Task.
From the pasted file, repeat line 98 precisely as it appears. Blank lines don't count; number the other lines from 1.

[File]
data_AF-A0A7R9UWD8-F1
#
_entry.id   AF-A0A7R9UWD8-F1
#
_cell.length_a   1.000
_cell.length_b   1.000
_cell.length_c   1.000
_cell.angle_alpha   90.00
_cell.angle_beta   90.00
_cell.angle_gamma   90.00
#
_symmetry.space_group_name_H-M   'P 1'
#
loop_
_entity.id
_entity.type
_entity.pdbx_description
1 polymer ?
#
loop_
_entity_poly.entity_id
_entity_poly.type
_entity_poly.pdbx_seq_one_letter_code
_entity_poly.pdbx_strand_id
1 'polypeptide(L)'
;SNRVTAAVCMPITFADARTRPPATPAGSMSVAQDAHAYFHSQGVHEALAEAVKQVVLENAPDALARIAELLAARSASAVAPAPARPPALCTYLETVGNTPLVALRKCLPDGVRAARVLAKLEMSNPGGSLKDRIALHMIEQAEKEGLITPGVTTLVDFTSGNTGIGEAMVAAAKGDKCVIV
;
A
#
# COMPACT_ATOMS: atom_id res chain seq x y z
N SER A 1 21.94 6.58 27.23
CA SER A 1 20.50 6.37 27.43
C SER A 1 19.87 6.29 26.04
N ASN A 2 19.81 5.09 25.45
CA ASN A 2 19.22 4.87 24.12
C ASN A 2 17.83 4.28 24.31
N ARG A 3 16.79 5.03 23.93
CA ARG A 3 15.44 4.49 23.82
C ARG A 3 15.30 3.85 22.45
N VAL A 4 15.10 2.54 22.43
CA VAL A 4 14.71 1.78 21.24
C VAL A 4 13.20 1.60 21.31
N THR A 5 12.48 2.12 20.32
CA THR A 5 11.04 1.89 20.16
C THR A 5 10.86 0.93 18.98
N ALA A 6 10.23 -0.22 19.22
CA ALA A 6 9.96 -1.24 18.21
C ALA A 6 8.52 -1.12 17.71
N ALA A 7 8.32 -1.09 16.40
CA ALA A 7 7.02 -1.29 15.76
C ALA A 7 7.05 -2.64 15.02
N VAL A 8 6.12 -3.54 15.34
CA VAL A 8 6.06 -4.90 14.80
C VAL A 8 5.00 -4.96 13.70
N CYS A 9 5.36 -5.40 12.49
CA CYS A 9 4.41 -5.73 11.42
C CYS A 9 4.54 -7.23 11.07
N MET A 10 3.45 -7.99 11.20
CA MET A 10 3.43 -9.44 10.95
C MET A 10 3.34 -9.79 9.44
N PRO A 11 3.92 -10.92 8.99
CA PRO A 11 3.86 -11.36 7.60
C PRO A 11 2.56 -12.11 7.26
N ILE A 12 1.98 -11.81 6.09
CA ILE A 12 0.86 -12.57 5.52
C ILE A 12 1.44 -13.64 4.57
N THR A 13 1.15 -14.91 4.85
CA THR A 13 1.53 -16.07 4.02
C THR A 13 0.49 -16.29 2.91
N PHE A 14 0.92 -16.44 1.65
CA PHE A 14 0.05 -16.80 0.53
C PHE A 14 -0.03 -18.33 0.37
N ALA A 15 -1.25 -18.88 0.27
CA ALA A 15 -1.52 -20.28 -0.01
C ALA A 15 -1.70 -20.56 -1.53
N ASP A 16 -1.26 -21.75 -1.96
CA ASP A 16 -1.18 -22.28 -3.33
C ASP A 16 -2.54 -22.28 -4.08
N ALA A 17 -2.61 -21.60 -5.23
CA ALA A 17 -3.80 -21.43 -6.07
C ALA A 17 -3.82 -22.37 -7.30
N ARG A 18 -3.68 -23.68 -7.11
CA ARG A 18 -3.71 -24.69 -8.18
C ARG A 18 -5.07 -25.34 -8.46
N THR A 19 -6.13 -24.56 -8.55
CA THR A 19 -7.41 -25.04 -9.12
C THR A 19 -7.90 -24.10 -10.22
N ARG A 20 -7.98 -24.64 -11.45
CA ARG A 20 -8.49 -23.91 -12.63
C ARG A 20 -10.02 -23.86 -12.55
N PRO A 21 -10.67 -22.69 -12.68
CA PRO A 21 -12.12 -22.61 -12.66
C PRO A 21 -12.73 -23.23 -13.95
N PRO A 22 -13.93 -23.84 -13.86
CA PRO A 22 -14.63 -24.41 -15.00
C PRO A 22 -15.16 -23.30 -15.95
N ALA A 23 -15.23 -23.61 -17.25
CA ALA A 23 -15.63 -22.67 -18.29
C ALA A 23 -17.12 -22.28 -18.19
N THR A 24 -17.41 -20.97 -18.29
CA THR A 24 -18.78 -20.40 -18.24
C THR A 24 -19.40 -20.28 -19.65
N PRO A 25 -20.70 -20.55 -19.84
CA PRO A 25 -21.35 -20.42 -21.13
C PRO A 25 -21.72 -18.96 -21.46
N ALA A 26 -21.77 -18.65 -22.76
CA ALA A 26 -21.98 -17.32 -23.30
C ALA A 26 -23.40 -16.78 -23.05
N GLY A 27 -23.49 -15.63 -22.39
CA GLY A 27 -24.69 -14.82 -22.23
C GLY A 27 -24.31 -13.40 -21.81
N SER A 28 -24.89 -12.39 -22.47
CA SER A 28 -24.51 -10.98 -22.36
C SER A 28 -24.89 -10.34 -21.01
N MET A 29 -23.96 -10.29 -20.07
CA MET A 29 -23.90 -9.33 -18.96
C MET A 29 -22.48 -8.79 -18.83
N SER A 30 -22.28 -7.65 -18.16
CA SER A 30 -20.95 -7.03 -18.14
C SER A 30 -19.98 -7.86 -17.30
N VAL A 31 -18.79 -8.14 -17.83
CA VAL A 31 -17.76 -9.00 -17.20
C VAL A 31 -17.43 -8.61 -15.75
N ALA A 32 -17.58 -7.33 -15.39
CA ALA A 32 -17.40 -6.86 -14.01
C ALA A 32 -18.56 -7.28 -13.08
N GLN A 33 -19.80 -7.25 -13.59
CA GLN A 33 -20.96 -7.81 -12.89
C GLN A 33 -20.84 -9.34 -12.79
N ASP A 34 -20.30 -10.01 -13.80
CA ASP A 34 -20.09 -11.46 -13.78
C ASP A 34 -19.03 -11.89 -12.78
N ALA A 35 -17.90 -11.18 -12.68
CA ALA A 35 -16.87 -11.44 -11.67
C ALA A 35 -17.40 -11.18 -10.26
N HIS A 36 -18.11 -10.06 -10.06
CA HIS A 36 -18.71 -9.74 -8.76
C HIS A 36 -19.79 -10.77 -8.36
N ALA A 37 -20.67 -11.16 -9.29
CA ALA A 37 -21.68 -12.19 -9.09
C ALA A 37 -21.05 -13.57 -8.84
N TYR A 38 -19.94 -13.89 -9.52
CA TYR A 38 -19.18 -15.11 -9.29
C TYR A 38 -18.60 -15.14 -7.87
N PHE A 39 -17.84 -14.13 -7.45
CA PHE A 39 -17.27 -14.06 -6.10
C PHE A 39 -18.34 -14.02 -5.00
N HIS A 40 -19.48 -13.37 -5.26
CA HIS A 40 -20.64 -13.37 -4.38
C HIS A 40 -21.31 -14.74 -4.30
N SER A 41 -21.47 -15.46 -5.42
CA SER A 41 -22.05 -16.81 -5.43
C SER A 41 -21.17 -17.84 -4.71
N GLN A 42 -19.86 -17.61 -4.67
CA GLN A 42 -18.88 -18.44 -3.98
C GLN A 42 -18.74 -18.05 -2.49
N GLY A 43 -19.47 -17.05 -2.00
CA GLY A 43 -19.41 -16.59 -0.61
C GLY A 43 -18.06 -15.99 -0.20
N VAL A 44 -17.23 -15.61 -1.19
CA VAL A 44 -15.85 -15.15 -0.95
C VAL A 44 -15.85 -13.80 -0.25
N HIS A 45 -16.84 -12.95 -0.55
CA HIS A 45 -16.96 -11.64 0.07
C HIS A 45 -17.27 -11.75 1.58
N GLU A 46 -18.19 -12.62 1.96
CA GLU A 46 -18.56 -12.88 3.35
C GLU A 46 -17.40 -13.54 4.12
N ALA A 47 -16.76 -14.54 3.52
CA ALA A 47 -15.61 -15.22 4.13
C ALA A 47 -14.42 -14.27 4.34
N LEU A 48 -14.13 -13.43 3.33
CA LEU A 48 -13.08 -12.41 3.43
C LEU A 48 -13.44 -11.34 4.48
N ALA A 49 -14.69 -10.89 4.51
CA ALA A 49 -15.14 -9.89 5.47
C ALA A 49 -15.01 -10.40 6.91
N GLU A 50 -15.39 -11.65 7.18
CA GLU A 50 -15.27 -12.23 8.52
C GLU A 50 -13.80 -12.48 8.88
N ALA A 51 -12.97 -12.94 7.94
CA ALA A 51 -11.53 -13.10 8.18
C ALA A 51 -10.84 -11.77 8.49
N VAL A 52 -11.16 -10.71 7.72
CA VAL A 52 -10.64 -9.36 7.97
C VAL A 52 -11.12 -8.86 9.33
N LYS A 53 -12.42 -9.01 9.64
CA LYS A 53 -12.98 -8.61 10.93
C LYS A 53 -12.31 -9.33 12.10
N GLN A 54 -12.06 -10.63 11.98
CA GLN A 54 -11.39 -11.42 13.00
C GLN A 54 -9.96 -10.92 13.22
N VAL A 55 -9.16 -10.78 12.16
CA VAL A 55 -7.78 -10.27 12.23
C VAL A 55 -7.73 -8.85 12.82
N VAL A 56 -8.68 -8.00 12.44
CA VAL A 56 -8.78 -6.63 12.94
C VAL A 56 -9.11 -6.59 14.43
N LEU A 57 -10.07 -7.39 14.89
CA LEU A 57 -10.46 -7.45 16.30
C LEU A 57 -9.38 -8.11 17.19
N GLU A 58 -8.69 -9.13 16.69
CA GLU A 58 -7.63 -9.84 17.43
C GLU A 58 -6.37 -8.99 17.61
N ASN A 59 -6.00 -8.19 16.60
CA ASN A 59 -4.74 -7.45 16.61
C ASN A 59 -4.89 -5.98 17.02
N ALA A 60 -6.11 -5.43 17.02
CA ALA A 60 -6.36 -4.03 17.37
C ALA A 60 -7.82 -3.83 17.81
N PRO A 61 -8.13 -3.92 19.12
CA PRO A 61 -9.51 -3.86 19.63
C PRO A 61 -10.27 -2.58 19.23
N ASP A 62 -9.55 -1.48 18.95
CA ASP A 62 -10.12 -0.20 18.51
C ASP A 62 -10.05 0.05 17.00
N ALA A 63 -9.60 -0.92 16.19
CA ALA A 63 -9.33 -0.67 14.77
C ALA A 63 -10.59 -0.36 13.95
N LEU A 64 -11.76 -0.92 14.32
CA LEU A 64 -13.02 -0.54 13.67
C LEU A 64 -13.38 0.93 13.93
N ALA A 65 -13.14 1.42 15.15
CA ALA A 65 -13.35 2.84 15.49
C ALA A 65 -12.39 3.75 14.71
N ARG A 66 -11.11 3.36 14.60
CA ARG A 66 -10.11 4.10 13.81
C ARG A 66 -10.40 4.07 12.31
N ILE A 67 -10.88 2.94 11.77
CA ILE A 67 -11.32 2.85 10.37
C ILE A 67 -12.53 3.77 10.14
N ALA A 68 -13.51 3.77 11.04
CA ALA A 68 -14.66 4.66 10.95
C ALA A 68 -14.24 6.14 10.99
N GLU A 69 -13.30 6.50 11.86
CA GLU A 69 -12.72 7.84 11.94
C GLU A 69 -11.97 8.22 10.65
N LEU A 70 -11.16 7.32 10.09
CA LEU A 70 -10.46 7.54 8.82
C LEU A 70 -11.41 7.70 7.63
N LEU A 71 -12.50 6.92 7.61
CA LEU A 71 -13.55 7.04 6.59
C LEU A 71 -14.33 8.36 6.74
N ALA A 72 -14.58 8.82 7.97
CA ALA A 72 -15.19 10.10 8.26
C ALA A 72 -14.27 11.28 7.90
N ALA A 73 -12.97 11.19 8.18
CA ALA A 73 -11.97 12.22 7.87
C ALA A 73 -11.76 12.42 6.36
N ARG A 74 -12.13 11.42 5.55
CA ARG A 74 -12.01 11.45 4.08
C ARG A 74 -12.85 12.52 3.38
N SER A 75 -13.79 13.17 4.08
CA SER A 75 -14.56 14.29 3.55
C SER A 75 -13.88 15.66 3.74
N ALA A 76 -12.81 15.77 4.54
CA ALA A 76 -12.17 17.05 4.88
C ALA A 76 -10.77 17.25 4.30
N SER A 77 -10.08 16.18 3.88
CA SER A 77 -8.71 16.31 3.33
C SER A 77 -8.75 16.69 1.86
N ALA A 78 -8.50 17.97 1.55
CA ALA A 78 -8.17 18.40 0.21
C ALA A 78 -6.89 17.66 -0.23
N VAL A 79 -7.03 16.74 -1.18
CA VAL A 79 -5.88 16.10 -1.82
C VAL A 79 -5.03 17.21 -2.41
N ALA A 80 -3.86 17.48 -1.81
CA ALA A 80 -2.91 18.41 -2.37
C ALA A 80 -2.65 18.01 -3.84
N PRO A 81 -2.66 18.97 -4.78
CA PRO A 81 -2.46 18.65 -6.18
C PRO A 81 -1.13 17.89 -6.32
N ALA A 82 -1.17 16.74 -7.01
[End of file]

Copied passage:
CA ALA A 23 -15.63 -22.67 -18.29